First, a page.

The status quo will remain across the Yarra Ranges following the Saturday 24 November State Election.
The Evelyn, Eildon, Monbulk and Gembrook electorates followed the state-wide swing towards the ALP that returned the party to government, but three of the area’s four elected representatives are Liberal.
There is one new face in the mix, with long-serving Liberal Evelyn MP Christine Fyffe’s retirement.
Liberal Bridget Vallence will step into her shoes after receiving just over 50 per cent of first preference votes, according to provisional results.
ALP candidate Gail Ritchie received just over 40 per cent, and Green Brodie Everist 9 per cent.
The two-party preferred vote showed a swing to Labor of about 6 per cent.
In Eildon, voters returned Liberal MP Cindy McLeish for another term with 43 per cent of first preference votes.
It was a closer race between Ms McLeish and AL P candidate Sally Brennan than the 2014 election.
Ms Brennan received just over 35 per cent of the primary vote this time, compared to 28 per cent in 2014.
“Not the result I wanted but a stunning night for Labor in Victoria,” Ms Brennan said on her Facebook page.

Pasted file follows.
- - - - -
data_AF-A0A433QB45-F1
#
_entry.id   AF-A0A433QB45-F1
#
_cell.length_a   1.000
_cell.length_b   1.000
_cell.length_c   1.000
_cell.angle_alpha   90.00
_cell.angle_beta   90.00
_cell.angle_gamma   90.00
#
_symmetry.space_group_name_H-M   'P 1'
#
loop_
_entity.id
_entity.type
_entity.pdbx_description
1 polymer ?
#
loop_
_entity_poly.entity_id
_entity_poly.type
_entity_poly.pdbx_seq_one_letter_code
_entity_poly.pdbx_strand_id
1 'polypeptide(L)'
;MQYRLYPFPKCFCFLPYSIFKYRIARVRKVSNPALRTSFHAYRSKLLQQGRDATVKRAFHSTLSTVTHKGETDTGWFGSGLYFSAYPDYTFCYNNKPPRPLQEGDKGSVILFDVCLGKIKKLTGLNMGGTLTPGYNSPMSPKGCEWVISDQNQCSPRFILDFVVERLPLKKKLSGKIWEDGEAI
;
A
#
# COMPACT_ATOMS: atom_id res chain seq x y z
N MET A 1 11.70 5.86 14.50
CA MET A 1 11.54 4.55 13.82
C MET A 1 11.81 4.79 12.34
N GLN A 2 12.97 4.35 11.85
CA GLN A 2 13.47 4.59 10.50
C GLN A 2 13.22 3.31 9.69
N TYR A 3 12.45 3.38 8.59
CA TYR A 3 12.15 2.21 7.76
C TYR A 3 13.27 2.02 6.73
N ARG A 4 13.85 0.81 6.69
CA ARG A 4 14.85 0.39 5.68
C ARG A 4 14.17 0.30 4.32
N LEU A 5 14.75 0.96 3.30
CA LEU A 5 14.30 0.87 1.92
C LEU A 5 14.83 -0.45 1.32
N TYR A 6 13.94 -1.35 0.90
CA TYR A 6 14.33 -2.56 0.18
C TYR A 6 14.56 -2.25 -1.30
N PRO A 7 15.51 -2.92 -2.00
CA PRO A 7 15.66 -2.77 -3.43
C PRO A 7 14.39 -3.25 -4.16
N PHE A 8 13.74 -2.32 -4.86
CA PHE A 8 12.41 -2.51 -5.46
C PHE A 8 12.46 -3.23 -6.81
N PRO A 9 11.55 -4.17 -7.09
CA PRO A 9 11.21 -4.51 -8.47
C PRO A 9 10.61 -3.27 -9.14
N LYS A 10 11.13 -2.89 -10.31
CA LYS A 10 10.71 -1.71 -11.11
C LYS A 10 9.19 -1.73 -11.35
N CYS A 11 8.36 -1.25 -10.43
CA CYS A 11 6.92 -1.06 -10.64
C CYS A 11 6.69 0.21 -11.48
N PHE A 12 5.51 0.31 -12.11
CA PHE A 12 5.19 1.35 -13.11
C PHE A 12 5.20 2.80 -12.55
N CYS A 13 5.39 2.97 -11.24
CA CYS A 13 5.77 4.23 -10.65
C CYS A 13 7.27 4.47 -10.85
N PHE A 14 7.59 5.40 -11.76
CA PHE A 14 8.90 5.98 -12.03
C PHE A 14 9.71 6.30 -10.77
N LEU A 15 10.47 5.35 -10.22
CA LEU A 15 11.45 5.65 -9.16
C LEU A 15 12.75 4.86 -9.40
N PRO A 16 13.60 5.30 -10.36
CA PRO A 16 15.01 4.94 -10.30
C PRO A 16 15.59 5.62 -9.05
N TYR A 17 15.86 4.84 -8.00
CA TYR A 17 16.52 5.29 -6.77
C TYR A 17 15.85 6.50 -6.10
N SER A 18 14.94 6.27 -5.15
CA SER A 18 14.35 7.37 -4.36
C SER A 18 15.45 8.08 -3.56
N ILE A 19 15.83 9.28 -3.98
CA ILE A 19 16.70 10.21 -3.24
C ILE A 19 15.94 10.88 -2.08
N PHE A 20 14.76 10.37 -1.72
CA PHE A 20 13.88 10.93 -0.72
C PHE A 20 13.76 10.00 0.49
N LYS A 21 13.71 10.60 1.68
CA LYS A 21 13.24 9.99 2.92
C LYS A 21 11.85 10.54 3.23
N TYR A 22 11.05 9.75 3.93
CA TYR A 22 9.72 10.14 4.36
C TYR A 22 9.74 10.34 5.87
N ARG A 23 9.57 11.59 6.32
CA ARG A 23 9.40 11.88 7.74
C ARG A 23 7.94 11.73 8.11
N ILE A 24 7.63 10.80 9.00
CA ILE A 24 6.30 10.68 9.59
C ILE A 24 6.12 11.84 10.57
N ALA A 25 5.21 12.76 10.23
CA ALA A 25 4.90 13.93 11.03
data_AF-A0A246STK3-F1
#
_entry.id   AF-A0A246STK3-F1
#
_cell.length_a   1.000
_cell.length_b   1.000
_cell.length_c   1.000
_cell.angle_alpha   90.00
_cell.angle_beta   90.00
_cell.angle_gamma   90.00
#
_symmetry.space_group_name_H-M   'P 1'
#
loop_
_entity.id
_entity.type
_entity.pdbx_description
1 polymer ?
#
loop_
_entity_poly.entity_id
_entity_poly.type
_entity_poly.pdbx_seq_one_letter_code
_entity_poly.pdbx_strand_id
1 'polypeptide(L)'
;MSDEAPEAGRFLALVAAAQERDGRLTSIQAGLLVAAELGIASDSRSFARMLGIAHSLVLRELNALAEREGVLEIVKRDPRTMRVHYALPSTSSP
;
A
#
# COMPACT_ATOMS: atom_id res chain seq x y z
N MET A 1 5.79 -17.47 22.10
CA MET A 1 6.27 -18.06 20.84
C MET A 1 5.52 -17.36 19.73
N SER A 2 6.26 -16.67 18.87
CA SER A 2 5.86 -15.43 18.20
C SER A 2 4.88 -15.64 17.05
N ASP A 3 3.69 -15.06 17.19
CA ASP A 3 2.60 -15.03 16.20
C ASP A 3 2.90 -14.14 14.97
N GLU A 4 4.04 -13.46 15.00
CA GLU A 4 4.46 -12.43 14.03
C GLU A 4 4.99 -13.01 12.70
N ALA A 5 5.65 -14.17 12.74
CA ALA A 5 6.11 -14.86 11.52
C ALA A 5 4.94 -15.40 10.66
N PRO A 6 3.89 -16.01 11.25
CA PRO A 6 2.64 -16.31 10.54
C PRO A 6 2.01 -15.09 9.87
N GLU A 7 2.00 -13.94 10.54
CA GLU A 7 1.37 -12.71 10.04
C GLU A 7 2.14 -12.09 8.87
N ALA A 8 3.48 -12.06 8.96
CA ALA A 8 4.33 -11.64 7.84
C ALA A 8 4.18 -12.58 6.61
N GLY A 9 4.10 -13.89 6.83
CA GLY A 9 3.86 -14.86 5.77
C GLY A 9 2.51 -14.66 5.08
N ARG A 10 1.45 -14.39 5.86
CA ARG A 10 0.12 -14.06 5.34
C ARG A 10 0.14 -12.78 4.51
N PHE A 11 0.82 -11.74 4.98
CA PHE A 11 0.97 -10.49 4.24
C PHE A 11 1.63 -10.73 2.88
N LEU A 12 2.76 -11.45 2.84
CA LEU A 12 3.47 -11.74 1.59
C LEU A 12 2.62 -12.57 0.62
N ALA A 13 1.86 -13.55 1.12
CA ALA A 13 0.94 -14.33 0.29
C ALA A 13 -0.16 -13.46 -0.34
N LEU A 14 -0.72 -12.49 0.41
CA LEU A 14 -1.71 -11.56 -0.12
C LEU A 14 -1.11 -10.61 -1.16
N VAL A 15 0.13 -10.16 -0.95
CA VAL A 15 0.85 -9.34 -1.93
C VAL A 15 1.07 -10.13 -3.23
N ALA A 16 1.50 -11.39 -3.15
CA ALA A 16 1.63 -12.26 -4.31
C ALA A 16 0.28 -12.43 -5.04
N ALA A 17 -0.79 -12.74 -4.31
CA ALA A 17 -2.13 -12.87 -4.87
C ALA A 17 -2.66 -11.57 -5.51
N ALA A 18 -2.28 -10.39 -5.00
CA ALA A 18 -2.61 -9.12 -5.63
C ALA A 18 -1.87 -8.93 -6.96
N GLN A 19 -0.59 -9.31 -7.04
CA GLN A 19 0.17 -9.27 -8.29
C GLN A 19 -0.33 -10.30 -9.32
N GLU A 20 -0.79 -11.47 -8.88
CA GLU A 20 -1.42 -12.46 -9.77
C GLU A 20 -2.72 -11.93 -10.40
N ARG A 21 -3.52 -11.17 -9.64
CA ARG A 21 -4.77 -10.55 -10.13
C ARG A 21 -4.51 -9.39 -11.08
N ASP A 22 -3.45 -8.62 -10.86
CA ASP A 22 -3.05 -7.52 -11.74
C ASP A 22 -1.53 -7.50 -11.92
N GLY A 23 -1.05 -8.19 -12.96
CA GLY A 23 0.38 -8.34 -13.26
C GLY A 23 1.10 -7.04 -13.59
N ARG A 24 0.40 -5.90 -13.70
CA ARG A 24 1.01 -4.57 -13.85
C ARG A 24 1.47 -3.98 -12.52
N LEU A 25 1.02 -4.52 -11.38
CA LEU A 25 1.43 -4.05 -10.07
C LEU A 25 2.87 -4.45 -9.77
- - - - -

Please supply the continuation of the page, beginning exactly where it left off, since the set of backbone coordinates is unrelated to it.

“The politics of division and fear have no place in our great state or in our communities.
“The people of Victoria have voted for a fair and positive future, in huge numbers, across the state.”
In Monbulk, provisional results showed James Merlino received just over 42 per cent of the primary vote.
Liberal candidate James Schurink was hot on his heels with 36 per cent.
The two-party preferred figures had Mr Merlino at almost 59 per cent.
Both figures were up on his 2014 results, when he picked up less than 38 per cent of first preference votes and 55 per cent of the two-party preferred numbers.
Liberal Gembrook MP Brad Battin was returned safely, provisional figures showed, but he did lose ground to his ALP challenger, Michael Galea.
Mr Battin won almost 51 per cent of the primary vote, compared to Mr Galea’s 39 per cent.
After preferences, Mr Battin sat on 53 per cent to Mr Galea’s 47 per cent.
In the 2014 election, Mr Battin won almost 55 per cent of first preference votes and 59 per cent of the two party preferred votes.
We’ll bring you more from the candidates online and in our coming editions, including which projects the Labor contenders pitched to win your vote and when you can expect them delivered.